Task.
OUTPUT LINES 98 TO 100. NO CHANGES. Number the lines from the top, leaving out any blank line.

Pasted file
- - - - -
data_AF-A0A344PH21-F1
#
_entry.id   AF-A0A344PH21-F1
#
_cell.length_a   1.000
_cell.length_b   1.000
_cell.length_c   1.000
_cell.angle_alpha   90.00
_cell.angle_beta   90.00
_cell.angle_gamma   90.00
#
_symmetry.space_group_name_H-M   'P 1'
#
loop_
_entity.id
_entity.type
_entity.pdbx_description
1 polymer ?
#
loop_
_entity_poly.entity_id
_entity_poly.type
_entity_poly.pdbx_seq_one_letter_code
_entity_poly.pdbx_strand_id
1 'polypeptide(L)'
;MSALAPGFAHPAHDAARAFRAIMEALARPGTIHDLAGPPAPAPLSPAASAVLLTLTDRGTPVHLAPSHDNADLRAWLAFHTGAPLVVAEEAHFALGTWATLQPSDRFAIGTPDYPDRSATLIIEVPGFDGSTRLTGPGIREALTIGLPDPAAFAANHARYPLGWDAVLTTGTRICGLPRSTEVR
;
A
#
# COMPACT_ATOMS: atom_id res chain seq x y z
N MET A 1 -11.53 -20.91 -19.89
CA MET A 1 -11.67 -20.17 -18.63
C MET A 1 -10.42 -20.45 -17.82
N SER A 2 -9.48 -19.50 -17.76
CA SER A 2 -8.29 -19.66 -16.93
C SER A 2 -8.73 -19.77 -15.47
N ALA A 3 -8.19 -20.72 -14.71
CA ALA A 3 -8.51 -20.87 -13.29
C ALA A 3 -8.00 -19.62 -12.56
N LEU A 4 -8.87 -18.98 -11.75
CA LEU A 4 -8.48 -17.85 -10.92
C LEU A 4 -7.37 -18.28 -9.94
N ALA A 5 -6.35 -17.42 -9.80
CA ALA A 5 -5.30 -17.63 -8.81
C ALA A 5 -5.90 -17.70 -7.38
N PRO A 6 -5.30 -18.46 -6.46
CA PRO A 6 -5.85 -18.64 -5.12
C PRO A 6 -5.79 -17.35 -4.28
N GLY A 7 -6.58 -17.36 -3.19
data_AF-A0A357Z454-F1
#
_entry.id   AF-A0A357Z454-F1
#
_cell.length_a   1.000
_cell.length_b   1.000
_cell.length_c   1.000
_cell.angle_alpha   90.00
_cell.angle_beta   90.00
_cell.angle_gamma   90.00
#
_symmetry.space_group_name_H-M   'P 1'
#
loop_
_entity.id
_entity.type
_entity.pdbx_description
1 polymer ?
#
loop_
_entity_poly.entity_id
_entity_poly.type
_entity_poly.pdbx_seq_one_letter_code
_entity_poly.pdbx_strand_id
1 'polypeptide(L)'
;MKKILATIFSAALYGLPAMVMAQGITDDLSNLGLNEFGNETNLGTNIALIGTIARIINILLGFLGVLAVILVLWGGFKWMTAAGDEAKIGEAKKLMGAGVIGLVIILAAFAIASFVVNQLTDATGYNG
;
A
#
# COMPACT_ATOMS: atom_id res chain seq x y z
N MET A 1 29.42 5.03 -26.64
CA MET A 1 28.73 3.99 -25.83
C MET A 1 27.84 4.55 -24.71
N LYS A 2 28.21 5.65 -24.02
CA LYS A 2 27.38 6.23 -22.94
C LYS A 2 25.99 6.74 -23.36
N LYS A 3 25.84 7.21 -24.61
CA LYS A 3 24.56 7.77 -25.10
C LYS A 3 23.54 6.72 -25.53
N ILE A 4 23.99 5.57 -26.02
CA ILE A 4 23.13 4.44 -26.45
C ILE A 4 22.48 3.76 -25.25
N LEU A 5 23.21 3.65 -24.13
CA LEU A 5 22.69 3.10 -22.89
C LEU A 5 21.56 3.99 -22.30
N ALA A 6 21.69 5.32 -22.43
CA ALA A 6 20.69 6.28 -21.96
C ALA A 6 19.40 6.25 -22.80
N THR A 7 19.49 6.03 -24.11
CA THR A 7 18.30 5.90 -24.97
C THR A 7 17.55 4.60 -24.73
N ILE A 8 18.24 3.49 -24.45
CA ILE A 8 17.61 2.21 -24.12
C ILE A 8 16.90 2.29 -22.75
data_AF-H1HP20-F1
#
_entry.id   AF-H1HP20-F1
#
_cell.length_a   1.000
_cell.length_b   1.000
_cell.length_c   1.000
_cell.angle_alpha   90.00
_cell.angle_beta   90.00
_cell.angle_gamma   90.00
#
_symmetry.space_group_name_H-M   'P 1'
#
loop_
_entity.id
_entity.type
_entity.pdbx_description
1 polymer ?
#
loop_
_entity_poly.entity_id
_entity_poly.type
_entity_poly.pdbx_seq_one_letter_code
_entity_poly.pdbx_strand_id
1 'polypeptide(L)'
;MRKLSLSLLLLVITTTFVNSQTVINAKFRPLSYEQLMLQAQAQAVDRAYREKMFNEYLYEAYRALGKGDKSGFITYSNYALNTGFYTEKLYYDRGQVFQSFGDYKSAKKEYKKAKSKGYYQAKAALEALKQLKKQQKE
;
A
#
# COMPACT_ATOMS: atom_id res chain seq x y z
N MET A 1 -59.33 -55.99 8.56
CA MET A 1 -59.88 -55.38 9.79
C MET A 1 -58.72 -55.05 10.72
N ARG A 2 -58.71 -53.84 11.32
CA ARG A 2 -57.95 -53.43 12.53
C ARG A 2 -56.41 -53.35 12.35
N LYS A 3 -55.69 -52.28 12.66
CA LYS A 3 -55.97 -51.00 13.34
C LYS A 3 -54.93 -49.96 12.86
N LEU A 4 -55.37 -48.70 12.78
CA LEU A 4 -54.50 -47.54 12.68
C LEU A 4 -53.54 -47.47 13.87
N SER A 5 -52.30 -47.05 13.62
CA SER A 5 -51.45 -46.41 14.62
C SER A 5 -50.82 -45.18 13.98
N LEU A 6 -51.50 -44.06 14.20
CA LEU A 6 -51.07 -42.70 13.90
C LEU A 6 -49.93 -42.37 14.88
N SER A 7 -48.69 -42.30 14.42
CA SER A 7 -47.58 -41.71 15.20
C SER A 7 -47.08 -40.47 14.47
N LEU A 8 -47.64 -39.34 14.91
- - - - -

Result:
N THR A 7 19.49 6.03 -24.11
CA THR A 7 18.30 5.90 -24.97
C THR A 7 17.55 4.60 -24.73